AW: Problem: permissions for removing a file in a file system mou
nted by smbmount
Heribert.Schuetz at gsi-office.de
Thu May 11 13:51:33 GMT 2000
thanks for your prompt reply.
Peter Samuelson wrote:
> [Heribert Schütz <Heribert.Schuetz at gsi-office.de>]
> > Consider the following case: I mount a share from an NT server on a
> > Linux box, which I then use at the Linux box. I create a file on that
> > partition and remove its write permissions. This happens whithin a
> > directory which does have write permission. When I now want to remove
> > the file, it does not work, but I rather get an error message that I
> > don't have the permission for that. (When I set write permissions for
> > the file again, then I can remove the file.)
> Take it up with your file server vendor. This is server-side behavior;
> perhaps they can provide you a patch.
I am afraid they will just say that their behaviour is in accordance
with normal SMB behaviour. And they are right so: The "Microsoft
Networks/OpenNET FILE SHARING PROTOCOL", Version 2.0 of November 7, 1988
says in section 5.10 that "Read only files may not be deleted, the
read-only attribute must be reset prior to file deletion."
On the other hand, on Unix deleting a file depends on the write
permission of its containing *directory*. For example, the GNU fileutils
info file says: "There are three kinds of permissions that a user can
have for a file: ... 2. permission to write to (change) the file. For
directories, this means permission to create and remove files in the
So there is obviously a semantic difference between Unix and SMB
behaviour. (Neither of these two semantics is "right" or "wrong". They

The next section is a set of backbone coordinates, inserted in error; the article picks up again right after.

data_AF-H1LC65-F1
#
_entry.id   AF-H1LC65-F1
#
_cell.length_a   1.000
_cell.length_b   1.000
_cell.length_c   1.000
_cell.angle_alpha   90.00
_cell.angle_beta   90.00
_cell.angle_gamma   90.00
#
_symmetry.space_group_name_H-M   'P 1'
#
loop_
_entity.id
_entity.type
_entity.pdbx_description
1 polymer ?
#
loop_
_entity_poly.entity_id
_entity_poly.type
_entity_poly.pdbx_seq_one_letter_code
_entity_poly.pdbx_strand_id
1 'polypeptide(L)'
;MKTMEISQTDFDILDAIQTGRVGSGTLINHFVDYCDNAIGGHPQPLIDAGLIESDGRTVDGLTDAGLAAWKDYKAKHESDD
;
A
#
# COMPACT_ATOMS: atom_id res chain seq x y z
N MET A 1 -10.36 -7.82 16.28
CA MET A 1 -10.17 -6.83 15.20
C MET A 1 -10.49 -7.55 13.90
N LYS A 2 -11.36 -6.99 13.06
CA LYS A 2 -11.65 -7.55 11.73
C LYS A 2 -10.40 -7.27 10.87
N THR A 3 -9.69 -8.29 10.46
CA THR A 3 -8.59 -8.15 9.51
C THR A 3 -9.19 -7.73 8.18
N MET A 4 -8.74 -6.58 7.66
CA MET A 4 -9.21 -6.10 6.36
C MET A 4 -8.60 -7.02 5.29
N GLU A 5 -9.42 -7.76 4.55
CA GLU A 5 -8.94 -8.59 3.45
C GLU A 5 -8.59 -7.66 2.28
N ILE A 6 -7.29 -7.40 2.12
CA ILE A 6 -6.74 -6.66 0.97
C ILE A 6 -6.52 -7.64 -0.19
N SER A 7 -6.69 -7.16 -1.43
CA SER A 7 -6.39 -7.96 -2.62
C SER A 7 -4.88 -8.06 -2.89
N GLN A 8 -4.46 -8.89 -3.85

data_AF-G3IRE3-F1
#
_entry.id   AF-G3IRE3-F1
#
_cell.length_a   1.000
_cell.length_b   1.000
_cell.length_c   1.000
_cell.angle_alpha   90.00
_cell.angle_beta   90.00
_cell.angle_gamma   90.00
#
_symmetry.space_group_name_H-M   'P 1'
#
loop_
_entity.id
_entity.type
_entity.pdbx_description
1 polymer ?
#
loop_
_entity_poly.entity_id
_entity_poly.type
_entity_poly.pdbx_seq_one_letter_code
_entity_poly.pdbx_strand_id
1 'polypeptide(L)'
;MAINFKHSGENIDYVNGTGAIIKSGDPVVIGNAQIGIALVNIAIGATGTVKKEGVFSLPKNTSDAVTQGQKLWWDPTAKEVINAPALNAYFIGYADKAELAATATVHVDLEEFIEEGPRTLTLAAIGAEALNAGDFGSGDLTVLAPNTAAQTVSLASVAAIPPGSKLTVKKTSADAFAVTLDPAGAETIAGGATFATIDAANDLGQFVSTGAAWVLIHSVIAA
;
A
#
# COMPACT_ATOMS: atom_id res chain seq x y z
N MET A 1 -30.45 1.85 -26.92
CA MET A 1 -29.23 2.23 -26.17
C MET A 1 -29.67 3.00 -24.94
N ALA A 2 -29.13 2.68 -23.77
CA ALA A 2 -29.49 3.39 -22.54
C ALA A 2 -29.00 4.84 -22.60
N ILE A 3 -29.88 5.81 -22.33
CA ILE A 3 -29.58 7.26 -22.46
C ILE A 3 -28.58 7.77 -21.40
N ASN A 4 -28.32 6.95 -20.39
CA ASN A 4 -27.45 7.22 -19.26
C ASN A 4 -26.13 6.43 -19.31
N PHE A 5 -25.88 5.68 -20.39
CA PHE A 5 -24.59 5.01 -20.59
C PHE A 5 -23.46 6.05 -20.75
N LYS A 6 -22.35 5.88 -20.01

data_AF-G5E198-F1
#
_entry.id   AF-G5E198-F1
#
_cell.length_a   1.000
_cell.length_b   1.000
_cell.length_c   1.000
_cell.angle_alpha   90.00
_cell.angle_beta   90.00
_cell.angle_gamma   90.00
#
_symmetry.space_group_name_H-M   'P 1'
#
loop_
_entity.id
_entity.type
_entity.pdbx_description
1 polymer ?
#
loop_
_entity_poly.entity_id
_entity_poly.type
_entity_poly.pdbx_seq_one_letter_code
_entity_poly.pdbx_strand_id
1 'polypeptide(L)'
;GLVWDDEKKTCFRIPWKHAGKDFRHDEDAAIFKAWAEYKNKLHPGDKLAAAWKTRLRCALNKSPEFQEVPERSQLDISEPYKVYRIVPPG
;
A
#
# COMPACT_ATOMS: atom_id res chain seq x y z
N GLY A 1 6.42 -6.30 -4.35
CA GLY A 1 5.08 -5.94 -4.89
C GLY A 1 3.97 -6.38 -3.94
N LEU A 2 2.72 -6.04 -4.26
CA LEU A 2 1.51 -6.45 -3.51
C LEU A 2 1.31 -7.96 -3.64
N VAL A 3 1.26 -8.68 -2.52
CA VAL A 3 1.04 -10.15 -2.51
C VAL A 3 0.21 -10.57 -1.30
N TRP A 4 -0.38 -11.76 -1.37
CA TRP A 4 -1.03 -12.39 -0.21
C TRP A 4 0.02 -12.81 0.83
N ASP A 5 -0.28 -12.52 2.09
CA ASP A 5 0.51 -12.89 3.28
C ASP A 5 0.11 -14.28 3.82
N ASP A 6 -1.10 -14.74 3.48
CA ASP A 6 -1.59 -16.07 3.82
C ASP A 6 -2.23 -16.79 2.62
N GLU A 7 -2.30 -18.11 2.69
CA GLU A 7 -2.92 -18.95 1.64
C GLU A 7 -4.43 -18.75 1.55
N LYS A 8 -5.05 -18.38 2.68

are both legitimate.)
It would be *wonderful* if samba were able to bridge that gap, i.e.,
if smbmount provided Unix-like behaviour to a Unix system. (Because
certain Unix programs rely on this behaviour.) After all, it is samba
which sits at the border between SMB and Unix.
> The only way to work around it
> at the client end would be for smbfs to issue explicit chmod commands
> prior to attempting to delete or rename files. In my opinion this is a
> performance and complexity hit that isn't worth it.
I agree that there is some programming complexity. But it should not be
too much of a performance problem, because the chmod would only be
necessary if a first attempt to delete the file fails and the directory
has write permission.
Furthermore, the Unix-like behaviour might be optional:
- If you just want a file system, that is normally used from
Windows, to be visible at a Linux machine, then you might prefer
- If you usually use a file system on a Linux box and just use an
NT box as a fileserver, then you probably prefer Unix-Style
(The latter is my situation. I am the only one working on a Linux
machine here in an "NT shop".)
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